In conjunction with International Women's Day, we celebrate some of the iconic women figures that had left a big mark in motorsports. Sure, it might be a rare sight some time back, but it is encouraging to see more female drivers competing in motorsports nowadays, and achieving great heights at the same time.
Here are some prominent figures we could think of from the many branches of motorsports around.
Michele Mouton's nomination by Audi instead of established male rivals attracted a lot of publicity back then, but she was quick to demonstrate why she deserved the seat. Mouton did wonders in the Quattro S1 by securing 4 WRC wins in the car, which made her the first and only woman to win a WRC event. Aside from coming second overall in the 1982 World Rally season, she also helped Audi secure their first WRC title in 1981.
Her success wasn't limited to rallying as she also did well in the 1975 24 Hours of Le Mans, winning the 2-liter prototype class with two other female drivers, Christine Dacremont and Marianne Hoepfner. Is it overkill if we mentioned that she won the 1985 Pikes Peak International Climb?
There are a couple of women who had made their mark as an F1 driver (whether as test, reserve, or race driver), but very few had held top positions in an F1 team. Monisha Kaltenborn became the one to make history as she was the first female Team Principal in F1, leading Sauber Formula One.
After Peter Sauber's retirement in 2012, Kaltenborn stepped in to fill in the shoes as the Team Principal. Leading the team from 2013-2017, it was not an easy time for Kaltenborn as Sauber was not exactly the front runners, adding extra challenge to her job.
Nevertheless, having her in one of the top positions in F1 shows that the sport is not just a man's world. She is also an active member of the Dare To Be Different initiative, a movement led by Susie Wolff that encourages young, talented women to aspire to a career in motorsports.
Danica Patrick might be officially retired from the world of motor racing, but she did had a colorful run during her racing years. After dropping out of school to pursue a career as a race car driver, she signed with Rahal Letterman Racing in 2002.
Fast forward to 2005, she became the first woman to hold the lead during the Indianapolis 500, before winning her first IndyCar win in the 2008 Indy Japan 300.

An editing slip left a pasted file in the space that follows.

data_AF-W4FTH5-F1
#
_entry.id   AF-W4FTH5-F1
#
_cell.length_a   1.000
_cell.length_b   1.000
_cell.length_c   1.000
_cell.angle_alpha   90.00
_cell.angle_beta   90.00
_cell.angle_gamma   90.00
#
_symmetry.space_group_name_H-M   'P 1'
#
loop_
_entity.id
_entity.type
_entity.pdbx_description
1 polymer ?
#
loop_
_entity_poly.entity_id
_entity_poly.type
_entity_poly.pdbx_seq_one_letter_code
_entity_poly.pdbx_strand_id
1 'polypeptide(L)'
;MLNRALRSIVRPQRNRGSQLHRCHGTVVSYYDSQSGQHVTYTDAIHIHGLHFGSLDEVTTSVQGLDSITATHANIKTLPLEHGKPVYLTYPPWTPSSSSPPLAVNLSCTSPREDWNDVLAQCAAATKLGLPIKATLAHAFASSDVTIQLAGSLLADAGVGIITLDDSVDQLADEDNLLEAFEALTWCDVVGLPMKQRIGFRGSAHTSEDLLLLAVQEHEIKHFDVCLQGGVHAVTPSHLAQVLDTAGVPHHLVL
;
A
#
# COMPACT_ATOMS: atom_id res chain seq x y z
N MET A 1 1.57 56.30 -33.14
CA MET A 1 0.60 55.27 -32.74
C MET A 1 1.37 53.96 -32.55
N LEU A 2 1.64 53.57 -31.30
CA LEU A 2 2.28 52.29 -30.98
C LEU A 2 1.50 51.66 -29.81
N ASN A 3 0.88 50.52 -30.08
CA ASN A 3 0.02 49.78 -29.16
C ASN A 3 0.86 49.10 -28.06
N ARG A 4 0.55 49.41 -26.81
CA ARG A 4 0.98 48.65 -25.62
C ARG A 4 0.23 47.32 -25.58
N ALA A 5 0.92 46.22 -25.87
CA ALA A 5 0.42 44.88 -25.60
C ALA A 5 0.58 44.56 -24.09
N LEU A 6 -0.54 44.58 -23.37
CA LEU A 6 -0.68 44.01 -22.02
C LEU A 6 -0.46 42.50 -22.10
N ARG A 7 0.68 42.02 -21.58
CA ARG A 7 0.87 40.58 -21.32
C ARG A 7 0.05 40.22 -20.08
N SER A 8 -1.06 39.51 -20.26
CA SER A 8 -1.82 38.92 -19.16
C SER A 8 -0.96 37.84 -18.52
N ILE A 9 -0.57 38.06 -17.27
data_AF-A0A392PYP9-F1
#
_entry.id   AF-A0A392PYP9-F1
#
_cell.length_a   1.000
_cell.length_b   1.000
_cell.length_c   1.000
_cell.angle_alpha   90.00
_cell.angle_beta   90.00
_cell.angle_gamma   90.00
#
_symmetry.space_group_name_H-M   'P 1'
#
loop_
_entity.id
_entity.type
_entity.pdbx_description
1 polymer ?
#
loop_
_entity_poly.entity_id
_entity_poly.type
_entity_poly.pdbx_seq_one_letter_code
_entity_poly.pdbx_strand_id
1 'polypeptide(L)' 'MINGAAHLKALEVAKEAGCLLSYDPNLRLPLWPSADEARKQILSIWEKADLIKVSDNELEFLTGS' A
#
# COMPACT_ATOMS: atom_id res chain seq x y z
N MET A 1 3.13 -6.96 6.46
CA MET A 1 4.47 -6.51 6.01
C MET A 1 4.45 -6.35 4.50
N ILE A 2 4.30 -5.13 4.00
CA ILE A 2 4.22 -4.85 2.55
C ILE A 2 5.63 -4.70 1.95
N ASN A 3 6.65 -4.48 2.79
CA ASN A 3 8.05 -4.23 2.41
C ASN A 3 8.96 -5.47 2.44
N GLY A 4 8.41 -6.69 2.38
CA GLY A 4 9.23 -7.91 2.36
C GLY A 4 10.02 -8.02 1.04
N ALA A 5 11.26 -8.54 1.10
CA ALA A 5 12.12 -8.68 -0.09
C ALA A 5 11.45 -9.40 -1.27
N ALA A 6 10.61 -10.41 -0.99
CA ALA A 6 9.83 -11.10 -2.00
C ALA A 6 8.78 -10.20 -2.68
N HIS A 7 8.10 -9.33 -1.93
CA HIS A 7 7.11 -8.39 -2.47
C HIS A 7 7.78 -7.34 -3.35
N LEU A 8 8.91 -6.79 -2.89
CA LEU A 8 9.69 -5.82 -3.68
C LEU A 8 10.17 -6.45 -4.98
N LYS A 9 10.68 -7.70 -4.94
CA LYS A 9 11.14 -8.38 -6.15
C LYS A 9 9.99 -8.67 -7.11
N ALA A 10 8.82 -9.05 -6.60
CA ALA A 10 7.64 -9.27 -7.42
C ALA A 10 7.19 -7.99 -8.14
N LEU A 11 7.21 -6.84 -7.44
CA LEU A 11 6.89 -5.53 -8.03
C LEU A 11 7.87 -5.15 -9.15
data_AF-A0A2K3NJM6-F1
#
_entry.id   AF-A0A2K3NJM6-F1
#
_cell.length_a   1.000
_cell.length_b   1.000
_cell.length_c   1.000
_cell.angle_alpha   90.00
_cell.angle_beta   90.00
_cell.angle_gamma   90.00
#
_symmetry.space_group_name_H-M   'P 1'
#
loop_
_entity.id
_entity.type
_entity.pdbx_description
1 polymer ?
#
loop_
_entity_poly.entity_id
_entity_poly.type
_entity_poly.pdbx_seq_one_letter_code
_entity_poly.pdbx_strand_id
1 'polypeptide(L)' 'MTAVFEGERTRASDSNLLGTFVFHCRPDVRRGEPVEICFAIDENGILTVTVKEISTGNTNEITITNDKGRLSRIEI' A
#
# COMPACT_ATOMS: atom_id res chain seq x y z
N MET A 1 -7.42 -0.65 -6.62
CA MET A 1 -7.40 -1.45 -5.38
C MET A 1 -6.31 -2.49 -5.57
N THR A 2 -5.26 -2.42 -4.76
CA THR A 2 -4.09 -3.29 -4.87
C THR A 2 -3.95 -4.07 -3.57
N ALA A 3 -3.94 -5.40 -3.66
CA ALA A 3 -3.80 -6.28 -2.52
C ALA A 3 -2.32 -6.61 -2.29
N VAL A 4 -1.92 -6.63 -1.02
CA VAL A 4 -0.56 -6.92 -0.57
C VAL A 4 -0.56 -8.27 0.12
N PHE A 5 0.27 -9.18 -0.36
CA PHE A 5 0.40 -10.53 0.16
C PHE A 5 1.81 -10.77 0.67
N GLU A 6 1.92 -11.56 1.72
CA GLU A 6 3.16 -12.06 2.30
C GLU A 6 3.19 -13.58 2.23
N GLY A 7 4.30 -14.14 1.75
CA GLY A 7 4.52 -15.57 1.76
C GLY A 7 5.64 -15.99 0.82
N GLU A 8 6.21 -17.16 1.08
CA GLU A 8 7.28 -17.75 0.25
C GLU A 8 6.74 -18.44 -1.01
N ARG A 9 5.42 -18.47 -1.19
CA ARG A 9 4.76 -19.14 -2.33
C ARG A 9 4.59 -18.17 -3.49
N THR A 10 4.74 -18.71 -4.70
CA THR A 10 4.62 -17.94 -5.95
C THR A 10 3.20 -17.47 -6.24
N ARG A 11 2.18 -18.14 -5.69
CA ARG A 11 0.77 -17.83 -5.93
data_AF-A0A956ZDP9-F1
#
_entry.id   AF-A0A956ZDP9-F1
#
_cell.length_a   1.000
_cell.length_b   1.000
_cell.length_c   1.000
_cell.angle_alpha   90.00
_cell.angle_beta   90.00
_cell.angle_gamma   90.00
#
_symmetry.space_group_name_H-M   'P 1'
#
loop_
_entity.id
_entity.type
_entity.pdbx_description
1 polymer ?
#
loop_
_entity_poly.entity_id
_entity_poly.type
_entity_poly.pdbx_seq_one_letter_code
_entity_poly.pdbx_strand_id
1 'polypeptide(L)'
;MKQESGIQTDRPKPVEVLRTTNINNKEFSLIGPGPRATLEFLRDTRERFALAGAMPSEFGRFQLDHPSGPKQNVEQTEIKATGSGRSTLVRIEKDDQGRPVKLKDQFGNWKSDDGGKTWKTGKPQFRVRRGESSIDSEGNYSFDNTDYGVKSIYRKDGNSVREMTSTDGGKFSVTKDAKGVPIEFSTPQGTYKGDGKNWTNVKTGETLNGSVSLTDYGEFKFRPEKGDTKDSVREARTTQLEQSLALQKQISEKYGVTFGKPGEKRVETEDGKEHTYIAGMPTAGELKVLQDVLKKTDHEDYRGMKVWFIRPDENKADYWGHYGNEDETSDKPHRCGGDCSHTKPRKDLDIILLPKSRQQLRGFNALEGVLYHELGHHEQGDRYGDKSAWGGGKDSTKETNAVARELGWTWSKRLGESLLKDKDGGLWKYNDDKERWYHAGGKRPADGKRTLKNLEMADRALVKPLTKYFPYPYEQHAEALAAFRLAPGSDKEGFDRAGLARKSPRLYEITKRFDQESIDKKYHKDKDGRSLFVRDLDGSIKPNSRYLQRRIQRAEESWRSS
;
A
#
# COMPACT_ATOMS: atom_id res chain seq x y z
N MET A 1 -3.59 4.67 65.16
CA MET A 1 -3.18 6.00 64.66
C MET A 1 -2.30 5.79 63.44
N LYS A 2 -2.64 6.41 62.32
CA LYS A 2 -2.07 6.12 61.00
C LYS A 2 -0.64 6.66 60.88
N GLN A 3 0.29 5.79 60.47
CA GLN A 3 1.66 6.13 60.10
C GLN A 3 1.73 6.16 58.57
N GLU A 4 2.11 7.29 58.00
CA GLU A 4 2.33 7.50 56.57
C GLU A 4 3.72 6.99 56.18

Jumping to race in stock cars, she then won the time trials at the 2013 Daytona 500, becoming the first woman to win the pole position at the famous NASCAR event. She battled against the best that NASCAR and IndyCar had to offer, which made it no surprise for her to be dubbed as the most successful woman in the history of American open-wheel racing.
Whether you know her from her role as a “ring taxi” driver or from Top Gear, Sabine Schmitz
is not your regular Green Hell driver. Having spent her childhood just 300m away from the legendary Nurburgring race track, Sabine Schmitz's life has always been surrounded by race cars.
We suppose it is also no surprise that she had also taken part in numerous races at Nurburgring, bagging wins on races like the Nurburgring 24 Hours and other endurance championships.
Being an expert in Green Hell after countless laps around the circuit, she also has a driving school called Sabine Schmitz Motorsport that teaches drivers the advanced aspect of racing, aside from offering taxi service for fearless passengers around the 'Ring.
Is she intimidated by the corners there? “Fear disturbs my concentration. That's why I stay focused. Having focus clears my mind. I feel like I can accomplish anything”. Now that's why she deserves to be called the Queen of the Ring.
Some of you might know her in shows like Mythbusters or Overhaulin', but Jessi Combs had more than just TV appearances to be a part of her legacy. Aside from actively participating in off-roading events, she also had a very insatiable desire for speed.
Combs broke the women's 4-wheel land speed record in 2013 with an official run of 632km/h, and a top speed of 709km/h in the North American Eagle Supersonic Speed Challenger. Later in 2016, she toppled her own record in another outing by setting a new top speed at 768.61km/h.
In August 2019, Combs set out to do another run, in what her partner described as “her last attempt at the record”. Eyeing to beat Kitty O'Neil's 1976 825.13km/h record, she managed to snatch the crown with her average speed of 841.338km/h. Unfortunately, this run also claimed her life as a front wheel failure had sent the car to crash and catching in fire.